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Fourth gen language aims for fifth decade

The new TransAction moves Transact apps to new platforms and supports 3000 implementations, too.

    HP 3000 development partners have demonstrated their resourceful habits many times during the platform’s four decades of service. Now a 30-year-old language and its unique architecture on MPE/iX are getting refurbished to move away from the 3000 — or continue an MPE life with an up-to-date library.

   The Transact/3000 product was developed in 1977 by David Dummer of Imacs, offering a product that was among the first rapid development tools (RDTs) for the platform. HP picked up the product in 1981 and sold it, along with several report writers, as the Rapid family of tools. A few thousand 3000 customers adopted Transact over the next decade or so, making Transact a Fourth Generation Language — or more accurately, a “three and a half GL,” according to ScreenJet’s Alan Yeo.

   4GLs, as these solutions have been called, delivered a faster way to create applications than third-gen languages such as COBOL. Speedware and PowerHouse are other choices either working on 3000s or embedded inside 3000 apps.

   Yeo’s firm has been working with Dummer for four years, through investigations, coding and tests, to create TransAction, a software suite that includes a new Transact Function Library. That library is in production use at more than 30 former HP 3000 installations, part of ScreenJet’s footprint for the Transact to COBOL T2C solution.

   The newest solution eliminates Transact’s lock-in to 3000 and MPE/iX, Yeo says. While the installed base has dwindled to a few hundred sites — HP forced Transact off its “strategic” list in favor of another product — Yeo said that the small target market still warranted the work.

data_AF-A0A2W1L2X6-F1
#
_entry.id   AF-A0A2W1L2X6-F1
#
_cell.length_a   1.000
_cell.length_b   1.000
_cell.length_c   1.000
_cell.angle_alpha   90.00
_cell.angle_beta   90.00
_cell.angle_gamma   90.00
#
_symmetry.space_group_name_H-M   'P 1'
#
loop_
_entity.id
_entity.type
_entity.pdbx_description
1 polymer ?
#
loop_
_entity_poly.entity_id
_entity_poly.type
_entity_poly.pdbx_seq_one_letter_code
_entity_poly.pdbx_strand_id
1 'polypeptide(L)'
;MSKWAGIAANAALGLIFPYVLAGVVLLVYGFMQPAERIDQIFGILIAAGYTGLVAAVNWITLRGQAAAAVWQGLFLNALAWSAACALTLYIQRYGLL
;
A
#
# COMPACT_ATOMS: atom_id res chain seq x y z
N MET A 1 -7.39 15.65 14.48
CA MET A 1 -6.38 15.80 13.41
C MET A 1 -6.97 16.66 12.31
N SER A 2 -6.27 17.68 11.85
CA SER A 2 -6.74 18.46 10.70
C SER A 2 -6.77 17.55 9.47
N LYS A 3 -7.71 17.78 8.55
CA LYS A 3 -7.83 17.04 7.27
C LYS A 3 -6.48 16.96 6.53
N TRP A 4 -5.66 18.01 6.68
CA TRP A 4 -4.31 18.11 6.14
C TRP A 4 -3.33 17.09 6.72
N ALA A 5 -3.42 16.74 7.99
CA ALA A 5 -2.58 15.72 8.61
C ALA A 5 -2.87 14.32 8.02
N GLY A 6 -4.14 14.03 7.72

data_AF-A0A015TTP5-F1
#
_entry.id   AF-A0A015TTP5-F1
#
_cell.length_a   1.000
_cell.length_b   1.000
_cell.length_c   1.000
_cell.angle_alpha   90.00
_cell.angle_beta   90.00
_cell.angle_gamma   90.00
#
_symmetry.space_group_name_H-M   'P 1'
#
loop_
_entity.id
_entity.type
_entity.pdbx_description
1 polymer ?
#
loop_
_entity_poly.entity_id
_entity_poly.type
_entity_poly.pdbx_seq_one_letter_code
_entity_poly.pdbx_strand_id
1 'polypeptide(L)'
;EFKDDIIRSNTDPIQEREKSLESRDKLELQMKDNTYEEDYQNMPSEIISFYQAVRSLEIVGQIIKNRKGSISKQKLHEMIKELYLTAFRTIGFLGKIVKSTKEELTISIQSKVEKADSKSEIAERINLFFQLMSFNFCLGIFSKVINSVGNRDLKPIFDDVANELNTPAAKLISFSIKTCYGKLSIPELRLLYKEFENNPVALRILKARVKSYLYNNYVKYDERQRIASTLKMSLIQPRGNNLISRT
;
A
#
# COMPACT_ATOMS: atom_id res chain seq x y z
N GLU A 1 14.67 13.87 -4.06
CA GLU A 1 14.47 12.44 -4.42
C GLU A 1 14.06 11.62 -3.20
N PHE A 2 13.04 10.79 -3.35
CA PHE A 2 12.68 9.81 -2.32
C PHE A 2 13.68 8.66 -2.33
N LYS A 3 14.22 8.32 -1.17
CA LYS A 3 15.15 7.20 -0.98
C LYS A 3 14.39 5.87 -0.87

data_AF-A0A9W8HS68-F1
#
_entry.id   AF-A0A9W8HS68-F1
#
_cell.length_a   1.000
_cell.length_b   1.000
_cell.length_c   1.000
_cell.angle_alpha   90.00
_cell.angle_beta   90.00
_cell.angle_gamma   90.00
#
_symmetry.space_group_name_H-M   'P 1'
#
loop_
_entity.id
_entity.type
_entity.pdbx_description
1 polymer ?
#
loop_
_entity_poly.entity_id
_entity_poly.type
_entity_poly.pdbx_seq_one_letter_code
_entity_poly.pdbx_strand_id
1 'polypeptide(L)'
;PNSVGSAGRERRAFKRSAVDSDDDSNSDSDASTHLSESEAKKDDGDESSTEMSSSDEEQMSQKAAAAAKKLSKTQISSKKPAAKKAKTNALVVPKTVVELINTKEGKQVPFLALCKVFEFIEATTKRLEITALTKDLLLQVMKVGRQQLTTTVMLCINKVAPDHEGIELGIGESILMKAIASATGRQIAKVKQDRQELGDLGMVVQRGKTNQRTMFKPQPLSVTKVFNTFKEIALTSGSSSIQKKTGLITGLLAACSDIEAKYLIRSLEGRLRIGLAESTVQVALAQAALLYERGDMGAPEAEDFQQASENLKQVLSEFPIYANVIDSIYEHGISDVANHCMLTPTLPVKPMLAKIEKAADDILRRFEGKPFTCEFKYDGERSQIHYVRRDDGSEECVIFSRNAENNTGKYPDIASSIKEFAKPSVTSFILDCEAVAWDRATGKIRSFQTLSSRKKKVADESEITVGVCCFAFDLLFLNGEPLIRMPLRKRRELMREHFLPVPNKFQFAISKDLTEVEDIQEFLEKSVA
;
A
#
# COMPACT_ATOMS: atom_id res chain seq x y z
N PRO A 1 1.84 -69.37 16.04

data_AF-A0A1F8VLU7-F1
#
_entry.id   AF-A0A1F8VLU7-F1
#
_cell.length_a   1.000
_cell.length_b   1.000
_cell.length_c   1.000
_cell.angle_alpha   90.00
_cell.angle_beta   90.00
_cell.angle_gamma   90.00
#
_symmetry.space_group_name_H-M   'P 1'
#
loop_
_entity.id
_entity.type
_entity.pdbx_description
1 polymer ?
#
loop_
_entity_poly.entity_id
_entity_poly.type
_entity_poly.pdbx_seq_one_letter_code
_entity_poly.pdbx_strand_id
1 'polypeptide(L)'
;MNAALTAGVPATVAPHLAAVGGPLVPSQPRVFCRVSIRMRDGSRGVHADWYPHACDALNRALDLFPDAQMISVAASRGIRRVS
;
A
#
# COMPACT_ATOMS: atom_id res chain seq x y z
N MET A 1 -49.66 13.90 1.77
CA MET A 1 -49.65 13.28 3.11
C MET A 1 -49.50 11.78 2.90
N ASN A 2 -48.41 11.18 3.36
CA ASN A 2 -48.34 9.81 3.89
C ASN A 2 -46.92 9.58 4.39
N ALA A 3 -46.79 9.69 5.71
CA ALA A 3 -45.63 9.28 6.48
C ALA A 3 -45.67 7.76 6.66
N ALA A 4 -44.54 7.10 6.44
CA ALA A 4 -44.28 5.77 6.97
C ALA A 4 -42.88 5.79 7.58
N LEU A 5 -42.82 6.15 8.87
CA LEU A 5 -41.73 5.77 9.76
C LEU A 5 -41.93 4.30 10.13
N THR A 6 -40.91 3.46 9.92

“It’s a complete re-write of Transact into TransAction, for what we all have to admit is a tiny niche market,” he said. “Well, those of us who have worked in the 3000 aren’t afraid of niche markets.”

   The software stands on the shoulders of ScreenJet’s work to deliver T2C, Yeo added. TransAction supplements the Transact Function Library with a compiler and a run-time version, software that allows Transact code to be moved to HP-UX and Linux. A Windows target version of TransAction “can be supplied when required,” Yeo said.

   Dummer said the product eliminates the migrating customers’ effort of putting Transact code onto other platforms. “How much simpler for these users if the application source could be kept as Transact on the migration platform,” Dummer said. “The result was the creation of a prototype of a compiler and transaction engine that made full use of the existing Transact Function Library.”

   TransAction is made of a compiler which generates a file containing a high level process code instruction set, plus a transaction engine which performs the application instructions from the file. “The transaction engine fully supports the various Transact process control structures such as LEVEL, PERFORM, DO and RETURN(n),” Dummer said.

   The Unix/Linux versions also use an OS Module to tap the native functions of the new target platforms. The Module interfaces with tools such as AMXW from Speedware, MPUX from Ordina-Denkart, Intrinsix from Resource 3000 partner Allegro Consultants, and Transport from TransforMix. These allied tools give HP 3000 sites access to new-platform functionality through MPE/iX commands and intrinsics, to make migrations less complex and deliver payback sooner.